A recent request to FERC by Rockies Express Pipeline LLC (REX) for an extension of time to implement portions of its Capacity Release Standards should not be permitted due to “the broad effect such a delayed implementation would have on the natural gas industry,” according to a quintet of shippers.
“To the extent Rockies Express were permitted to delay implementation of the scheduling standards, shippers on multiple pipelines in multiple markets would be adversely affected because Rockies Express would not be operating under the same timelines as other interconnected pipelines, which would affect the ability of other pipelines to schedule nominated volumes during the industry-standard timelines,” according to a joint Federal Energy Regulatory Commission filing by Anadarko Energy Services Co., BP Energy Co., Chevron USA, ConocoPhillips and Shell Energy North America. “The whole point behind developing industry-wide standards is to ensure that all members of the industry are operating under the same set of rules and timelines.”
FERC should require REX to implement all nomination and scheduling timelines, including the Capacity Release Standards, by April 1, the originally scheduled effective date. REX has asked that the date be pushed back until Aug. 31. At the very least, the shippers said, FERC should require REX to explain its request in more detail, since “it is unclear as to what Rockies Express is seeking to delay” until this summer.
The root of the dispute is FERC’s Order No. 587-W, which incorporated business practice standards adopted by the North American Energy Standards Board (NAESB) and modifications to the standards to support efforts to harmonize gas-electric scheduling coordination that the Commission incorporated by reference in an April 2015 rule (see Daily GPI, April 16, 2015). REX was required by Order No. 587-W to file Proposed Tariff Sections by Feb. 1. In a 217-page filing dated Feb. 9, REX said that based on its “unique circumstances and certain unforeseen challenges encountered while implementing the business practice and tariff changes identified in Order No. 587-W, Rockies Express requests a limited extension of time to implement certain elements of the standards.”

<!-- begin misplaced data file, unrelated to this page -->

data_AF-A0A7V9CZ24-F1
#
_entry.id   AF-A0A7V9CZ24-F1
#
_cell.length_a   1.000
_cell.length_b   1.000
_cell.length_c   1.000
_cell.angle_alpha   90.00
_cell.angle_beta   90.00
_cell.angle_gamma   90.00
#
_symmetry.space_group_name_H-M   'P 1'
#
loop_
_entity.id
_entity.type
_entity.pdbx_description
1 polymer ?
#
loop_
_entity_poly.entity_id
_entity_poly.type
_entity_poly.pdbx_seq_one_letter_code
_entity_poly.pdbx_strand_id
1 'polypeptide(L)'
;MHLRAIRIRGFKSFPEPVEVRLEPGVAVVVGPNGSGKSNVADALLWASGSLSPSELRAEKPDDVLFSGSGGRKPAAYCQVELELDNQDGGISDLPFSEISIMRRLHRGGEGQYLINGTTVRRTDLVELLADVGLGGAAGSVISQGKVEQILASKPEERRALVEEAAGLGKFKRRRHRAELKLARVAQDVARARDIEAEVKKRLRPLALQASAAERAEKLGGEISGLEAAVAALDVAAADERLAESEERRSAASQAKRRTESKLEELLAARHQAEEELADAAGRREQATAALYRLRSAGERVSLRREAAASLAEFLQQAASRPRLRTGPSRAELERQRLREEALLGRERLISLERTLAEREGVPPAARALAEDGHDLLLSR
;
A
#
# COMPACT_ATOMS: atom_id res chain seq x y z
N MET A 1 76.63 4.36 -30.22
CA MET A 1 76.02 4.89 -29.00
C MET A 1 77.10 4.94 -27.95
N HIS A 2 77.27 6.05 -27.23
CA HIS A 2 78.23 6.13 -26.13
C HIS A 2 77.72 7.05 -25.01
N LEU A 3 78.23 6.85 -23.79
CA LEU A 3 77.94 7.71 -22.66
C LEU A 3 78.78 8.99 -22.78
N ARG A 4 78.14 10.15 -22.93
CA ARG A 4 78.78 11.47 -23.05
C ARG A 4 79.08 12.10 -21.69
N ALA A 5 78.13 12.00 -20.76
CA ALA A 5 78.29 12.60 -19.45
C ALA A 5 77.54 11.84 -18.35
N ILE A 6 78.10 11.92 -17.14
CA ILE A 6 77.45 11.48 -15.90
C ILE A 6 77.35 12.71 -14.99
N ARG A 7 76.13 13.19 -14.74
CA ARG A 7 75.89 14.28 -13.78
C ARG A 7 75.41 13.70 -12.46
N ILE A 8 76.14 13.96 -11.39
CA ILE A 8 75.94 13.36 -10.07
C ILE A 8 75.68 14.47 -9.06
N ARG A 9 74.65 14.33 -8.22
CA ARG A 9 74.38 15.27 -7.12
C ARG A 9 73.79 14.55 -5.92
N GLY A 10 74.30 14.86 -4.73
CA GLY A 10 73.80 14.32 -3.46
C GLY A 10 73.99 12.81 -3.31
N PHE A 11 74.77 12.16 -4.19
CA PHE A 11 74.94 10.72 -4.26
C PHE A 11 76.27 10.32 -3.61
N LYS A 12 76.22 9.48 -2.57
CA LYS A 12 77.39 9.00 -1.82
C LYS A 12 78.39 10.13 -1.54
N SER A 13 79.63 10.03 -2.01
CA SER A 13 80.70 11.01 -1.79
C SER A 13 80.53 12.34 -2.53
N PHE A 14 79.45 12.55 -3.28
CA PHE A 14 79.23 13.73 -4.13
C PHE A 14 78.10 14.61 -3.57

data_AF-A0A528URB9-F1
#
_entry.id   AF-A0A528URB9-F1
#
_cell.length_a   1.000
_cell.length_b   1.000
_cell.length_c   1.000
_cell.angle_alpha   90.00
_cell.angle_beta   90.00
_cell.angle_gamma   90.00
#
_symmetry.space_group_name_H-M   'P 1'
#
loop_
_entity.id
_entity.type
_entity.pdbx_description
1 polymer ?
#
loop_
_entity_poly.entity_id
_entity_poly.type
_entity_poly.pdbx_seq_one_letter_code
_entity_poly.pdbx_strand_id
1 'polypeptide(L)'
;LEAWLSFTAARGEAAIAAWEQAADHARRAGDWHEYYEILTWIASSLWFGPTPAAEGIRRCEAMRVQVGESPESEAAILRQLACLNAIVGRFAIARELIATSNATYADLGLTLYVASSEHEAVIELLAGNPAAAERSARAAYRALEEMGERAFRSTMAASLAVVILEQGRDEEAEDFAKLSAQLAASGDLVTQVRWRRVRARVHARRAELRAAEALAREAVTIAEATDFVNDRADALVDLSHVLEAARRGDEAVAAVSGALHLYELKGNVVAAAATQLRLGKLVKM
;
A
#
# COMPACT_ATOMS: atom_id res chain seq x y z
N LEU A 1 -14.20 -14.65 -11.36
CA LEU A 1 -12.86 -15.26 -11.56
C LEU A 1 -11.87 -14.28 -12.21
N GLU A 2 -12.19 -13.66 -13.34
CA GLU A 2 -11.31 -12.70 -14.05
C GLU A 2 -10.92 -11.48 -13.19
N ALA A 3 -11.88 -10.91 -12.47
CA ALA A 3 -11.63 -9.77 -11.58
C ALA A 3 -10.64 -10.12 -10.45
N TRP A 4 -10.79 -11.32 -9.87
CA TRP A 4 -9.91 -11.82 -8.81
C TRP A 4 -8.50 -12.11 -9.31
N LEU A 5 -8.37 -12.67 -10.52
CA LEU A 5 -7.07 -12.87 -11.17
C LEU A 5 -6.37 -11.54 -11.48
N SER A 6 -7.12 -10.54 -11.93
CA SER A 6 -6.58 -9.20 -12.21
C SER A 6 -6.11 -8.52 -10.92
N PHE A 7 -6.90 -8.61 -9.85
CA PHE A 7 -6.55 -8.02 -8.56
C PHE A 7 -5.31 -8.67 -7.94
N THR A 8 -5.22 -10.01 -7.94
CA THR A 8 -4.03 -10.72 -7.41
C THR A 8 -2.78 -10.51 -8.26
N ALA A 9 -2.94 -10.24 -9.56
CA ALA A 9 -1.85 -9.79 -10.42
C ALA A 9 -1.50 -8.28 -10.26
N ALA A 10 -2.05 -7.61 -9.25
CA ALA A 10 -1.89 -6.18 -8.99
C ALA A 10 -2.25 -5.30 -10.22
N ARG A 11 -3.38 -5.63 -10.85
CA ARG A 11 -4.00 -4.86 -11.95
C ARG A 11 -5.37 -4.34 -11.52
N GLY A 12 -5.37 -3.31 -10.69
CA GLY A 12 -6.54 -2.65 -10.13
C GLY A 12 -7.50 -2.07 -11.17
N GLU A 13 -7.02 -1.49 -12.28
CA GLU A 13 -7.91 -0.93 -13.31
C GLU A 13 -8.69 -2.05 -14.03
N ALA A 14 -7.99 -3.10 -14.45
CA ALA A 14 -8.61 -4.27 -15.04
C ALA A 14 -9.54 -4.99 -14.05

Chief among those “unique challenges,” REX said, was that Tallgrass Energy Partners, which owns and operates interstate natural gas pipelines REX, Tallgrass Interstate Gas Transmission and Trailblazer Pipeline Co., is implementing a new pipeline management system, CONNECT, “in a standalone environment that is static and based on the previously applicable NAESB standards. As such, Tallgrass is unable to avail itself of the current version of the vendor’s software that includes changes to satisfy” the latest NAESB standards.
REX missed the Feb. 1 filing deadline for its revised tariff section, and has requested a waiver, due to “an administrative oversight” by Tallgrass, according to the REX filing. “Despite this oversight, Tallgrass has been engaged in a concentrated ‘all hands’ effort to make the software changes necessary to bring Rockies Express’s currently effective Tariff into compliance with the scheduling changes incorporated by Order No. 587-W to promote gas-electric coordination,” REX said.
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